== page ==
I, too, am a die-hard fan of speculative fiction, especially the more highbrow ‘literary’ SF that attempts to both entertain, enlighten, and challenge readers and deliver new insights and ideas about the world and what the future might hold. However, I found the writing style of these two reviewers to be way too clever, self-congratulatory, and more purple than Barney the Dinosaur. For example, I have never seen so much use of superfluous and pretentious terms in any book not labeled “literary criticism:” “mimetic,” “deracinated,” “limned,” “re-complicated,” “evergreen-deep tropes,” and “hieratic numerology” are thrown about with abandon, just to show how incredibly erudite and sophisticated our reviewers really are. Instead of impressing me, it just made me roll my eyes in disgust. One of the best things about the SF genre is that it can be unashamedly intelligent and mind-expanding without being as haughty and elitist as mainstream “literary” writers and critics often are. So it’s a shame when two clearly well-read and enthusiastic promoters of the genre feel the need to impress by mimicking the worst excesses of literary criticism. The beauty of David Pringle’s books was his ability to describe in concise and clear terms what made a book worth reading without throwing in too much of his own prejudices. There are dozens of examples of irritating writing in Science Fiction: The 101 Best Novels, 1985-2010, and this sample will give you an idea of what I mean:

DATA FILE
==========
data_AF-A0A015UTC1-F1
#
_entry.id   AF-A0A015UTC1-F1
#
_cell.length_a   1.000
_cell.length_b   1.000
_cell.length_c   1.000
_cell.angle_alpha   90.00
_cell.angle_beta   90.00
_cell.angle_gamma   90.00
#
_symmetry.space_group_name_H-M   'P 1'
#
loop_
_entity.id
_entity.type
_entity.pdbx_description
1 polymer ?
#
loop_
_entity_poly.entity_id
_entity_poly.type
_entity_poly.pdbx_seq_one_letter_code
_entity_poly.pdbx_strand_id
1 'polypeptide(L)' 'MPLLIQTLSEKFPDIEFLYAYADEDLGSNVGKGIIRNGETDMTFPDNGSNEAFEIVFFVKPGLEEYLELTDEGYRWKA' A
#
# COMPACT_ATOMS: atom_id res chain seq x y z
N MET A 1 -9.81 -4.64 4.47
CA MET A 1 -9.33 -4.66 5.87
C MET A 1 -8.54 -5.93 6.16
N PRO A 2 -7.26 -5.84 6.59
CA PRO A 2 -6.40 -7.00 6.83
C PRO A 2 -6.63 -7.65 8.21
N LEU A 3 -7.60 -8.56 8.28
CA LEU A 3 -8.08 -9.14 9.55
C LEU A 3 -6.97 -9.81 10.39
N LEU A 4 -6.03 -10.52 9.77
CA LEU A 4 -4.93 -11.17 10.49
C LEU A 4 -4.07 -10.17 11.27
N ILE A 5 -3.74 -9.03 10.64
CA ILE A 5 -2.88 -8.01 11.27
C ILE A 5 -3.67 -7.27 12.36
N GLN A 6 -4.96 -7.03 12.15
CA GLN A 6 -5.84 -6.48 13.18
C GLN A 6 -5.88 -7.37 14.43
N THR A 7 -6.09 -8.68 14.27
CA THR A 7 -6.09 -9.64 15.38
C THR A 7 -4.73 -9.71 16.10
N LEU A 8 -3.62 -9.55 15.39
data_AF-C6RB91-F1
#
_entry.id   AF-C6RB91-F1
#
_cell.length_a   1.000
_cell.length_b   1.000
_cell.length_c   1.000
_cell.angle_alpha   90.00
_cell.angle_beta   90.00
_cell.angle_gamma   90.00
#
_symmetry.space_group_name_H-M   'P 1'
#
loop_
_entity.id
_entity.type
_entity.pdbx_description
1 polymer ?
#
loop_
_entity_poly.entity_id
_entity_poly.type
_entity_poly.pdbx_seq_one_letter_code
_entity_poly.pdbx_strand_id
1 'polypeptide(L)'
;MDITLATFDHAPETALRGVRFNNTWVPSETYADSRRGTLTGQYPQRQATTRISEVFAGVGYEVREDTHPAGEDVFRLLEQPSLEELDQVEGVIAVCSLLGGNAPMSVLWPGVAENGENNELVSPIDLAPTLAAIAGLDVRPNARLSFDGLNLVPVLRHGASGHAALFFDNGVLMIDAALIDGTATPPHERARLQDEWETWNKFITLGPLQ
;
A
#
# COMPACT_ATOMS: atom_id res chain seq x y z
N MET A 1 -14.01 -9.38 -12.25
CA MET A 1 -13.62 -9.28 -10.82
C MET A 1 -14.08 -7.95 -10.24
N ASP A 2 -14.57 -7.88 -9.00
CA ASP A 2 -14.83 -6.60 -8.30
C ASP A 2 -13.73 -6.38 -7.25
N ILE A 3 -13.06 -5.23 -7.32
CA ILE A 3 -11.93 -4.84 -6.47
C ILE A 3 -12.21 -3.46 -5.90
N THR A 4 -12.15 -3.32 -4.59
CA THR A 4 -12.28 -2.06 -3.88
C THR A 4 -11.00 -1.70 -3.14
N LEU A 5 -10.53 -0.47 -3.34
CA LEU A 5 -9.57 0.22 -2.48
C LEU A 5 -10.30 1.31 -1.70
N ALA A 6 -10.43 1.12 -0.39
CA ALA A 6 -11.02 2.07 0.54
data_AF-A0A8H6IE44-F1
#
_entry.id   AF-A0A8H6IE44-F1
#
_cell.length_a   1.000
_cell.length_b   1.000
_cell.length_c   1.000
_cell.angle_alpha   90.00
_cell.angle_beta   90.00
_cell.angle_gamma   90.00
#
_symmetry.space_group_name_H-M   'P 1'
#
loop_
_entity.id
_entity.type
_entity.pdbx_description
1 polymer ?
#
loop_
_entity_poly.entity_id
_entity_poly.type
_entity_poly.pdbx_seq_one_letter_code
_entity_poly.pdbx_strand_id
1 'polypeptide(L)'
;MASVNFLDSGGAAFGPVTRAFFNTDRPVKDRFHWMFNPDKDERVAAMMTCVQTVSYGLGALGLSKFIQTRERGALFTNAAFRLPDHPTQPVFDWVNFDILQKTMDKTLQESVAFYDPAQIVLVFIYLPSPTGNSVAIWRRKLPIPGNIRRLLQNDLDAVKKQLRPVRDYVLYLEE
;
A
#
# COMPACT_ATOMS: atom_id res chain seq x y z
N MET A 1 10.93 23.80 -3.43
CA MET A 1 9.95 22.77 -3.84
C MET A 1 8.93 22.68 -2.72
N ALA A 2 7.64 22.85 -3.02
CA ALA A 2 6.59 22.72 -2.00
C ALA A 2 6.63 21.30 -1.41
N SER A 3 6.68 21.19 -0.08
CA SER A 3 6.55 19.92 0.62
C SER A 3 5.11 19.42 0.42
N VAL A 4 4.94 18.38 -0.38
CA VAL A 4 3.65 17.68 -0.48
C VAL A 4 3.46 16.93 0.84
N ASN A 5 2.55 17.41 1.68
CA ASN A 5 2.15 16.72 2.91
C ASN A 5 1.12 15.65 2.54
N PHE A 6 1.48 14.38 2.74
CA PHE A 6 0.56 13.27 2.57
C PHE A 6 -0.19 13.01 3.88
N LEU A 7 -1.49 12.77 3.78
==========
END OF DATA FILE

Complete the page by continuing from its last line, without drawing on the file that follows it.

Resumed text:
Lethem’s beautifully balanced, metaphorically rich prose propels this blackly jolly fable to a surprising yet satisfying conclusion. By book’s end, a sense that the author had accomplished his takeoff taxiing and was now fully in flight for more cosmopolitan cities pervades the pages.

In the end, I read through all the reviews in Science Fiction: The 101 Best Novels, 1985-2010, but used Goodreads and Fantasy Literature as a filter to weed out books that I wasn’t sure were quite as amazing as the reviewers suggested. As we all know, no two readers will be able to agree on even a fraction of the books included in a “Best of” list, and in particular I am not sure about the recommendations in this book. However, although I have read at least half of Pringles’ SF picks, I have only read a paltry 18 of the 101 books listed below, so I really can’t judge how ‘on-target’ they are. That would depend entirely on each person’s individual taste and preferences. From the list, the following titles look attractive and I plan to read them sometime in my lifetime:

This Is the Way the World Ends, The Falling Woman, Soldiers of Paradise, Life During Wartime, The Sea and Summer, Cyteen, Neverness, Grass, Queen of Angels, Barrayar, Stations of the Tide, China Mountain Zhang, Red Mars, A Fire Upon the Deep, Aristoi, Doomsday Book, Parable of the Sower, Ammonite, Brittle Innings, Permutation City, Forever Peace, Revelation Space, The Time Traveler’s Wife, River of Gods, Accelerando, Spin, Blindsight, The Yiddish Policeman’s Union, The Alchemy of Stone, Zoo City, and The Quantum Thief.